In USSR and Eastern Europe, the political change has dismantled all the past institutions, and razed to ground the established traditions and values. Attempts are being made to re-structure the whole society on liberal and enlightened bases. The discipline of history is also affected by this change and needs complete revision because, in the past, history was used by the successive governments to propagate their official policies and keep the people ignorant of the real facts. To mould the public opinion, the historical materials was minutely scrutinized, sifted and selected by the official historians. No information regarded injurious to the party and government was allowed to be printed.
Although the whole past history ofRussiawas revised and interpreted after revolution from the party’s point of view, the past was less tampered with than the current history. The people were allowed to know only slanted information. For example, Soviet history books justified the Nazi-Soviet Pact of 1937 on the ground that, had the Soviets not made the pact, they would have been invaded by the Nazis with aid of the Western democracies. The Nazi-Soviet pact, the partition ofPoland, and the annexation of theBaltic Stateswere not referred to in the history books.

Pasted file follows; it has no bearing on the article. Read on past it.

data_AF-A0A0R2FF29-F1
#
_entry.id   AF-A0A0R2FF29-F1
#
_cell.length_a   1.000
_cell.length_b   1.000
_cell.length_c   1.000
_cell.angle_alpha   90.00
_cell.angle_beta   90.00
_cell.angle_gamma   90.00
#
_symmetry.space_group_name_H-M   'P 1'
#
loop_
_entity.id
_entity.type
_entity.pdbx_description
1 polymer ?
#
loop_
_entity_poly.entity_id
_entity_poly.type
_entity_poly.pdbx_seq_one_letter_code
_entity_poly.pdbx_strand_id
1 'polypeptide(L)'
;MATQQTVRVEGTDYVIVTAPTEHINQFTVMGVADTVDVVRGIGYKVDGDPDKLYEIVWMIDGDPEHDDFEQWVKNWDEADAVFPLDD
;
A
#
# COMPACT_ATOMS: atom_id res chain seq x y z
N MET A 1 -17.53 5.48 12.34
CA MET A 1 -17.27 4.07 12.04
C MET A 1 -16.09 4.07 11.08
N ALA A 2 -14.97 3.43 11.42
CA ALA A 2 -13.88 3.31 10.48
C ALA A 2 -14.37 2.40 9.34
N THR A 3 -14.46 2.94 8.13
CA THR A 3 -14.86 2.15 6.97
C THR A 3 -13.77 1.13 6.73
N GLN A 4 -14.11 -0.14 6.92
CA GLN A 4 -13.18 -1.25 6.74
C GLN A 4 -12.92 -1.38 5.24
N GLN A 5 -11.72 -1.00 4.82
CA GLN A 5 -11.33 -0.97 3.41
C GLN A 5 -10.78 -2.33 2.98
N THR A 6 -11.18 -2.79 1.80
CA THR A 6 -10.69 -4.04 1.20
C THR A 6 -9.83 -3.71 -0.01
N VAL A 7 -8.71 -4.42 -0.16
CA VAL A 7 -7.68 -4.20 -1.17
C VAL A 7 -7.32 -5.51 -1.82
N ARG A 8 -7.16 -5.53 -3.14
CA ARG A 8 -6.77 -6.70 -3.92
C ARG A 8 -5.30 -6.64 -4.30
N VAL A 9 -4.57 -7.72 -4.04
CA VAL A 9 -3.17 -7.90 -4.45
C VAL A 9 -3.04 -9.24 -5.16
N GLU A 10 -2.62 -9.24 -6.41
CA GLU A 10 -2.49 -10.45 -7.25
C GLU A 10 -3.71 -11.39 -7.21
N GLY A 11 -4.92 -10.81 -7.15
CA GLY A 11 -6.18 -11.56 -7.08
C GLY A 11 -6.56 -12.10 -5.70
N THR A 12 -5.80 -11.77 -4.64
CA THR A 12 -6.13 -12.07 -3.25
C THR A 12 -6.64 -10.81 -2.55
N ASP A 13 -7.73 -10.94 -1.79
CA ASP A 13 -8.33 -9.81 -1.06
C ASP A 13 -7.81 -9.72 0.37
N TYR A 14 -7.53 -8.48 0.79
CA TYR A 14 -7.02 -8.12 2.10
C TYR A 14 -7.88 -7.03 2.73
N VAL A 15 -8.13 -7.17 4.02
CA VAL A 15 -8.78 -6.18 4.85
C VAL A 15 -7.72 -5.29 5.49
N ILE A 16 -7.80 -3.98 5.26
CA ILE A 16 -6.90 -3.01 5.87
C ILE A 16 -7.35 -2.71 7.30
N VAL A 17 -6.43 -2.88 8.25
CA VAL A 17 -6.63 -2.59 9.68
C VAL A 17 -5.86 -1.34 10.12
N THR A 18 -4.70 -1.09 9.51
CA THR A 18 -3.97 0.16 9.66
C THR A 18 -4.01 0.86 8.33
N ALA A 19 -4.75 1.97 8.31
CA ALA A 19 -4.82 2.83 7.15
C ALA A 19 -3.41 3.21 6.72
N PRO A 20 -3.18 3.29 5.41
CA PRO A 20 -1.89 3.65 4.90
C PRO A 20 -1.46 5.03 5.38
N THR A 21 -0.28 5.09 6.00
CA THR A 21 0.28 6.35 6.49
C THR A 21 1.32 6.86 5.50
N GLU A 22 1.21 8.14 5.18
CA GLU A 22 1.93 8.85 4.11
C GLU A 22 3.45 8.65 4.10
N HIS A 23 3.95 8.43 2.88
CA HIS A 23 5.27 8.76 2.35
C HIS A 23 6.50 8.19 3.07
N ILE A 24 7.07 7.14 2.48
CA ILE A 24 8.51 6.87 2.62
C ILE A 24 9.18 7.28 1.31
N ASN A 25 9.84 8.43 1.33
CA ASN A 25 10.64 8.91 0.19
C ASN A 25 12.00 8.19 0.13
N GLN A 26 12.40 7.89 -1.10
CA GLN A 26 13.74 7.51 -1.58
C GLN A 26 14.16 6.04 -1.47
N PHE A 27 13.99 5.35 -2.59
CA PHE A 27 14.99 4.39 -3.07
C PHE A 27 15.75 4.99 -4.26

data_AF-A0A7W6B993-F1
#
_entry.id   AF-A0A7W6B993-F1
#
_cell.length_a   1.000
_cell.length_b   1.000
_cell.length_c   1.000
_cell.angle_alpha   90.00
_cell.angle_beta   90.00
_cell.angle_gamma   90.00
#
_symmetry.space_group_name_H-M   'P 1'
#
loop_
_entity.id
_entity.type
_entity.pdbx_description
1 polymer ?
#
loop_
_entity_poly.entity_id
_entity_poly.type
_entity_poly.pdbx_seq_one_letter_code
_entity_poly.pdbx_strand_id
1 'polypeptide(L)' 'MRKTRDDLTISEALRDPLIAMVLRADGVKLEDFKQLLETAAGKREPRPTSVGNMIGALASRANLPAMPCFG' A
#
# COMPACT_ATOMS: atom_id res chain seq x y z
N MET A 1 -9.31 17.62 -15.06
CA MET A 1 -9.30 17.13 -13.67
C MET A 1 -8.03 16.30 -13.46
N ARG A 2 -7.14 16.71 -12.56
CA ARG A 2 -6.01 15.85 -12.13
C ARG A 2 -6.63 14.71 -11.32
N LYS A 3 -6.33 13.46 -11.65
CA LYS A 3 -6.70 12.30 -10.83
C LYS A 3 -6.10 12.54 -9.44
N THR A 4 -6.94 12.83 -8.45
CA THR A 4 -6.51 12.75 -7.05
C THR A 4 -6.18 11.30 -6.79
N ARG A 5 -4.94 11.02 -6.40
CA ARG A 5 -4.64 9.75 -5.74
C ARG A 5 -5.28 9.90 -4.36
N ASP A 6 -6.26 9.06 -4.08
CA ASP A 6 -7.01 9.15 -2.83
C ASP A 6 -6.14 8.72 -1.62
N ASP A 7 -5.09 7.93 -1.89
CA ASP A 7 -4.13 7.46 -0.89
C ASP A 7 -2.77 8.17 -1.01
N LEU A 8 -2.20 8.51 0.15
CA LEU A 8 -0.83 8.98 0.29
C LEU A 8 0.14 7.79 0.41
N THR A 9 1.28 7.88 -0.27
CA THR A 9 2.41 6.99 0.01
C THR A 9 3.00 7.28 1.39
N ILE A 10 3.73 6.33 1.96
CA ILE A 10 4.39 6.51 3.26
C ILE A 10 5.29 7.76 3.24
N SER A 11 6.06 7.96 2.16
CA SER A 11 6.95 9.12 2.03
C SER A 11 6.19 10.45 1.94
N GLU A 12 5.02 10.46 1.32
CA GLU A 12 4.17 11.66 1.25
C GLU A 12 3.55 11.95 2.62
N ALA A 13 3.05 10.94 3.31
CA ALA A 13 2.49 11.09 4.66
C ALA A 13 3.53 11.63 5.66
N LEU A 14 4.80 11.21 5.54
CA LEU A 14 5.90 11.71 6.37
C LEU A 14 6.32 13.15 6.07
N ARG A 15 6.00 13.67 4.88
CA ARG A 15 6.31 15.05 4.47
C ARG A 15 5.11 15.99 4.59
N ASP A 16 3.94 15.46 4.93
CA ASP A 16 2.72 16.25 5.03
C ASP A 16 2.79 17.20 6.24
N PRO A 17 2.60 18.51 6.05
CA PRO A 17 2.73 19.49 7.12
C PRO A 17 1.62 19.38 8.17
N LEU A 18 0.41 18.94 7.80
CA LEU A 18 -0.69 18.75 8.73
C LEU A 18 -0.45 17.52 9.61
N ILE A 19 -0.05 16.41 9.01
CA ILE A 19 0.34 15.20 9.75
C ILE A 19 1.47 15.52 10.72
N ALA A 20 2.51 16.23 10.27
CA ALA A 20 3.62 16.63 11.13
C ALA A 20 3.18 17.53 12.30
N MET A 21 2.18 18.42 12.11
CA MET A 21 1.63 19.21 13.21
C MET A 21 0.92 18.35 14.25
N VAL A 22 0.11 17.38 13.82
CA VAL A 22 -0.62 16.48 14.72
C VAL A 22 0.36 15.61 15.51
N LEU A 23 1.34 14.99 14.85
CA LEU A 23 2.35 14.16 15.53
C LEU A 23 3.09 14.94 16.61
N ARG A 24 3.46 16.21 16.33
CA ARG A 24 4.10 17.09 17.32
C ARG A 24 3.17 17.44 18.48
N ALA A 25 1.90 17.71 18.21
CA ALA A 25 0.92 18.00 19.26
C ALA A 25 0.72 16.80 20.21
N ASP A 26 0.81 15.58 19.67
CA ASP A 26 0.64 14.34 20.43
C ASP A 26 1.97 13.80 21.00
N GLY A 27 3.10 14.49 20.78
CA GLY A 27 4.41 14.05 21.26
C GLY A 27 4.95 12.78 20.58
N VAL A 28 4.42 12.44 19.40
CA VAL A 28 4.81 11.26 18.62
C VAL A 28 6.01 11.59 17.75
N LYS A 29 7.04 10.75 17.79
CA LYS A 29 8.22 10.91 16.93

Russialost 20 million people in second world war, but this figured was not published inUSSRand the people remained ignorant of the tremendous scarifies they made in the war. Writing on the world War-II, they early phases were omitted and the description was started from 22 June 1941, whenRussiawas invaded byGermany.The history books did not refer to what happened during the Stalin era, Soviet invasion ofHungaryandCzechoslovakiawere not mentioned, and if mentioned, only Soviet point of view was discussed.
The same process was followed in the Eastern European countries. History was used to justify the party’s actions and policies. For example, in Poland, history text books omitted Polish-Soviet war, Molotov-Ribbentrop…